I've often seen what wood goes into the composition of different blades, and of course, we have a sticky thread dedicated to that topic, but one things I've always wondered is what the properties of different woods are. This is not something I'm particularly knowledgeable about, and I suspect I'm not alone. Maybe I missed it, but I haven't seen a thread discussing this topic fully. I'm guessing that some members know a lot about this, others don't, and many know some things about some types of wood but not about other types of wood, but, among all the knowledgeable, experienced people here, we can probably come up with a pretty comprehensive list.
So I'm going to go ahead and list all the woods I can find through looking at the blade composition thread (I also added "willow," which I didn't see anywhere in that thread) and fill in the properties for the very few I'm familiar with, and perhaps others can fill in the rest bit by bit. If the list gets filled in, I think we should then "sticky" it so that others can use it as a reference. I'm also going to list the materials other than wood that might go into a blade. The list is below in alphabetical order, for ease of reference, with the woods listed first and the synthetic materials after. If anyone has anything else to add to the list, please don't hesitate. Also, if two terms are really just two different names for the same wood, we should still list both, I think (since manufacturers probably use different names), and just have one of them refer back to the other. Also, in terms of what to say for any given item on the list, I think the ideal would be to say as much as possible to make it as useful as possible for someone thinking about getting a given blade. Is the material light or heavy? Is it springy or deadening? Is it linear or non-linear in its effect on the ball? What is its usual purpose in the blade, e.g., to make it faster, slower, deader, etc.? What kinds of players tend to use it, e.g., loopers, blockers, flat hitters, choppers, etc.
Where mentioned below, the "Janka rating" is determined by measuring the force required to embed an 11.28 mm (0.444 in) steel ball into wood to half its diameter (thus leaving an indention of 100mm sq). I’ll keep it consistent by using pound-force readings. The "specific gravity" of a wood is its relative density to water. And the "pounds per cubic foot" is (as the phrase implies) the weight of a cubic foot of the wood measured in pounds.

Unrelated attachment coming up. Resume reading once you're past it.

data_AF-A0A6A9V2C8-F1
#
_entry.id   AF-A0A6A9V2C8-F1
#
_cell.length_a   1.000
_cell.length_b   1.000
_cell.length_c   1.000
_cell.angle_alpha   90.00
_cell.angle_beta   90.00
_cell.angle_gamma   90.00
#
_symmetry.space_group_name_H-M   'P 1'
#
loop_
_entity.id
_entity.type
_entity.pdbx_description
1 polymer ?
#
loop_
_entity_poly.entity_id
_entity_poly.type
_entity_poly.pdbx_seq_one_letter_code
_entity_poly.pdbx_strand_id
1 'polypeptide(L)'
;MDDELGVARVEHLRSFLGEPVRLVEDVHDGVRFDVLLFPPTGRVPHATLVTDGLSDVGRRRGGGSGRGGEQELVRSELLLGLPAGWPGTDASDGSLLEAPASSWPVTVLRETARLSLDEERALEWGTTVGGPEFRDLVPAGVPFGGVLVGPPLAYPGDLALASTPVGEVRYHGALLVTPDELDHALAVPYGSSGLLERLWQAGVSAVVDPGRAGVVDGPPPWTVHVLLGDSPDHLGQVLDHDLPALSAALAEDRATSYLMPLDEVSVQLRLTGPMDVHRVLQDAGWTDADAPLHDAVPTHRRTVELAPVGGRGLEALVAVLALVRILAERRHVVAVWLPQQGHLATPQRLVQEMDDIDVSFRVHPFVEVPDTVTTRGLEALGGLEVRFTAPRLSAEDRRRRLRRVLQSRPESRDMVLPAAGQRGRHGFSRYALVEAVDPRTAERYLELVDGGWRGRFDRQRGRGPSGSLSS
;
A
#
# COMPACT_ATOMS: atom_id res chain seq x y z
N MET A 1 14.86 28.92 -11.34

So, anyway, here we go:
abachi: (note: abachi, ayous and samba are all the same species, but are from different parts of Africa) soft, tends to tear easily in thinner plys; mainly an outermost ply wood, pairs up well with many woods; it is a lightweight, stiff wood that is excellent for close-to-the-table counterdrive play; this wood (or ayous, which is similar) is in 90% or more of all blades on the market; it’s used as outer, medial, and core plies, as well as for some single-ply blades; it feels like limba. Janka: 430; SG: .38; PCF: 24
e.g., Andro Kinetic ALL+, Joola Rossi Junior, Joola Rosskopf Allround, Joola Rosskopf Fire, Joola Sting, Joola Ticker, Joola Torre
anigre: (aka Kali, Osan, Landojan, Mukali, Muna, M'boul, N'Kali,Mukangu, Aniegre, Tutu,Kararo, Asanfena) a light-tan hard wood native to Africa, yellow aningre is the ultimate control wood; providing a soft feel on contact, this wood is favored by many all-round styles of players; it is mid-hard, solid, and non-elastic; it has a nice soft/woody feel and a very smooth texture; being waterproof, it is mostly used as surface veneer; Grubba Pro blades use yellow aningre wood for the outer and secondary plies; good for DEF+ to OFF- depending on the other plies it’s used with; Density .54 -.57 gm per cubic centimeter; Monnin Hardness 2.5; Janka: 740; SG: .40; PCF: 30-34
e.g., Joola Carbon Swe, Joola Fejer-Konnerth All, Re-Impact Backspin Control, Yasaka Extra
ash: cross between cypress and ayous, needs hide glue to fully bring out the playing characteristics; this is a wood best suited for fast all-wood blades; it’s heavy and hard so it’s best paired with lighter and softer core and outer plies; it’s rarely used and when it is, it’s generally a medial ply; Janka: 1320; SG: .66; PCF: 42:
e.g., Nittaku Violin
e.g., Joola Ticker
awan: a tropical wood that seems to be used as an intermediate layer, often in combination with a kiri core [need info in properties]
e.g., Donic Burn All+, Joola Flame Fast, TSP Phoenix
ayous: (note: abachi, ayous and samba are all the same species, but are from different parts of Africa) (aka Obeche, Wawa, Abachi, Arere, Ayus, Samba, M'bado, Bado, African Maple) soft, tends to tear easily in thinner plys; mainly an outermost ply wood, pairs up well with many woods; it is a lightweight, stiff wood that is excellent for close-to-the-table counterdrive play; Ayous is useful to both maintain some lightness in the core of the blade but not be as crazily light as balsa; the high elasticity of the this African gives quite a nice bounce effect when inside the blade; it is not that great a top veneer wood as it is not very pliable; Density .38 gm per cubic centimeter; Monnin Hardness 1.1